Date of Award

12-2008

Degree Type

Dissertation

Degree Name

Doctor of Philosophy

Major

Life Sciences

Major Professor

Arnold M. Saxton

Committee Members

Michael A. Langston, Brynn H. Voy, Russell Zaretzki, Elissa J. Chesler

Abstract

High-throughput technologies such as microarrays have led to the rapid accumulation of large scale genomic data providing opportunities to systematically infer gene function and co-expression networks. Typical steps of co-expression network analysis using microarray data consist of estimation of pair-wise gene co-expression using some similarity measure, construction of co-expression networks, identification of clusters of co-expressed genes and post-cluster analyses such as cluster validation. This dissertation is primarily concerned with development and evaluation of approaches for the first and the last steps – estimation of gene co-expression matrices and validation of network clusters. Since clustering methods are not a focus, only a paraclique clustering algorithm will be used in this evaluation.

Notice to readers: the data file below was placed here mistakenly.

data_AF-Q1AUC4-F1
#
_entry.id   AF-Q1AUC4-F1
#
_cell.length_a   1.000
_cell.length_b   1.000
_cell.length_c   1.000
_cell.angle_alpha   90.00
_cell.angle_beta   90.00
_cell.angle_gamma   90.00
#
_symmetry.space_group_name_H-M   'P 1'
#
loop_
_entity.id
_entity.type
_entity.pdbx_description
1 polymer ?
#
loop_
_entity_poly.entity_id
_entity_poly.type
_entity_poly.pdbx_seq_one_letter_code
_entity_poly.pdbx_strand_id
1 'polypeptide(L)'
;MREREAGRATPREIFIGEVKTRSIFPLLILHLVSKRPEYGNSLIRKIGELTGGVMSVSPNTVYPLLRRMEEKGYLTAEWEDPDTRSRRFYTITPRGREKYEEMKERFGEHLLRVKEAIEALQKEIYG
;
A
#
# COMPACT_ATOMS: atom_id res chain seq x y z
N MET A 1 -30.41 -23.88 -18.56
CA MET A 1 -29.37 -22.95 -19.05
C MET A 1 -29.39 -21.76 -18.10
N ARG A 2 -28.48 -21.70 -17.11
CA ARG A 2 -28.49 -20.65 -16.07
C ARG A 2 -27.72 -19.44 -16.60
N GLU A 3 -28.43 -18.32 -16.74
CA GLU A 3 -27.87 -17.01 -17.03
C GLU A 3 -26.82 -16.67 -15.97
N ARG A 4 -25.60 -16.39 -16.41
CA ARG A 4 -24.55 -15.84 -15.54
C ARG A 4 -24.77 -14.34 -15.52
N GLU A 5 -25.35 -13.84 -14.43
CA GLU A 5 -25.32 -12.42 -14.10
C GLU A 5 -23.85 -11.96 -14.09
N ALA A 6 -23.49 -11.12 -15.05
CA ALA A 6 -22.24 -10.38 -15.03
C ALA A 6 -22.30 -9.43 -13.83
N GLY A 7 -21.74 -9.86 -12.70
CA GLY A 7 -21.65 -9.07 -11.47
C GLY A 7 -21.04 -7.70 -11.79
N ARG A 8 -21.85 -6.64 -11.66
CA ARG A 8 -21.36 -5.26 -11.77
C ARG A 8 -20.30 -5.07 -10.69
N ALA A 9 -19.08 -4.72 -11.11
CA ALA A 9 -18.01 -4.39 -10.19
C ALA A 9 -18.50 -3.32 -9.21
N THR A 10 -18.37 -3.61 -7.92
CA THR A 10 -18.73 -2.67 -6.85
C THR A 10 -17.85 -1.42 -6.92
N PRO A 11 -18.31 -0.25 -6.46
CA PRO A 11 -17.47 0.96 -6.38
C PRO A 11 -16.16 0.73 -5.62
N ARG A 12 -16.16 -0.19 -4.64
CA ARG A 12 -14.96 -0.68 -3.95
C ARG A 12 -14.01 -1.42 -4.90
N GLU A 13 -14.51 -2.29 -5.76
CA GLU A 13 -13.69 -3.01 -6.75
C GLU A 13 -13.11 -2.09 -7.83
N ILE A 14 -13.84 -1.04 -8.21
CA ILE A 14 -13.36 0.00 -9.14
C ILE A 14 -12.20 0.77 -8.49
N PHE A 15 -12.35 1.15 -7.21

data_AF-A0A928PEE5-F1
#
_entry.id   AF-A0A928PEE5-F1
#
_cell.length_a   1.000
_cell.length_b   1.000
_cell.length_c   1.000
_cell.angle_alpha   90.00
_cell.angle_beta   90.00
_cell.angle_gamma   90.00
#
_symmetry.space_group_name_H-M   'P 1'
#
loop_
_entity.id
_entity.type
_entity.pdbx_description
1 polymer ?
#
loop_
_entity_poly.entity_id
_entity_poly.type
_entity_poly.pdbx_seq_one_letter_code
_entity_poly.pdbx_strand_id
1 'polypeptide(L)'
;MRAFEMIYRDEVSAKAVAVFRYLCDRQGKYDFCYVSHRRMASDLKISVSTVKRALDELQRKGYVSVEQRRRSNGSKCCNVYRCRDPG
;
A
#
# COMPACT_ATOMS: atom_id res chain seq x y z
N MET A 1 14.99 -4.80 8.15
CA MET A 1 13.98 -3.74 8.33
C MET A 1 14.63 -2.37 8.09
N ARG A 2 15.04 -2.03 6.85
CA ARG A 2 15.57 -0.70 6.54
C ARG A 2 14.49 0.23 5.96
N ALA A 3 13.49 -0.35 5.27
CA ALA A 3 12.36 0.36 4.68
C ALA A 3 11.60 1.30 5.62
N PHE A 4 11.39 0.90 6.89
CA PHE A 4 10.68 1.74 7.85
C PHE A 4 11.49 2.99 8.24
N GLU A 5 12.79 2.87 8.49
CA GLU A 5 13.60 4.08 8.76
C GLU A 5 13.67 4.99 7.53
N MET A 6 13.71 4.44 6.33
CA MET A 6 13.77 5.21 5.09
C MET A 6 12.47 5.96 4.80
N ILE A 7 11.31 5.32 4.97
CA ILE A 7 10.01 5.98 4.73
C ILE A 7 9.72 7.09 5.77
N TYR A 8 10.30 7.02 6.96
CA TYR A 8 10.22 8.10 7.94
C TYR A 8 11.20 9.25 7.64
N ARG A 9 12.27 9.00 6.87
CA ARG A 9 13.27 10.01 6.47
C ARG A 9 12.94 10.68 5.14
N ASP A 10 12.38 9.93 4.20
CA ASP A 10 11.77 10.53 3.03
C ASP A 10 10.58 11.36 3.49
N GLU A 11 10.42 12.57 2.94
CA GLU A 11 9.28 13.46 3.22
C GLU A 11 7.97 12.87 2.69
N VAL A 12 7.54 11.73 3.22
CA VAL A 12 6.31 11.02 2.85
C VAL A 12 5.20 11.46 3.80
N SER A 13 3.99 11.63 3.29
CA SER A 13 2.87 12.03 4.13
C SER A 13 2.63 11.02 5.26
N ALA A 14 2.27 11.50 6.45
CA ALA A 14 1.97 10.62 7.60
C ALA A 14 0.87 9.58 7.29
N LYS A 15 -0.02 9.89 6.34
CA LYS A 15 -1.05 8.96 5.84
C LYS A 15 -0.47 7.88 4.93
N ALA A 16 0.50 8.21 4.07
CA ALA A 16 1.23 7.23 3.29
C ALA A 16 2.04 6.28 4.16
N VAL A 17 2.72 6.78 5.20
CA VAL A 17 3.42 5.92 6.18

First, a novel Bayesian approach is presented for combining the Pearson correlation with prior biological information from Gene Ontology, yielding a biologically relevant estimate of gene co-expression. The addition of biological information by the Bayesian approach reduced noise in the paraclique gene clusters as indicated by high silhouette and increased homogeneity of clusters in terms of molecular function. Standard similarity measures including correlation coefficients from Pearson, Spearman, Kendall’s Tau, Shrinkage, Partial, and Mutual information, and Euclidean and Manhattan distance measures were evaluated. Based on quality metrics such as cluster homogeneity and stability with respect to ontological categories, clusters resulting from partial correlation and mutual information were more biologically relevant than those from any other correlation measures.

Second, statistical quality of clusters was evaluated using approaches based on permutation tests and Mantel correlation to identify significant and informative clusters that capture most of the covariance in the dataset. Third, the utility of statistical contrasts was studied for classification of temporal patterns of gene expression. Specifically, polynomial and Helmert contrast analyses were shown to provide a means of labeling the co-expressed gene sets because they showed similar temporal profiles.

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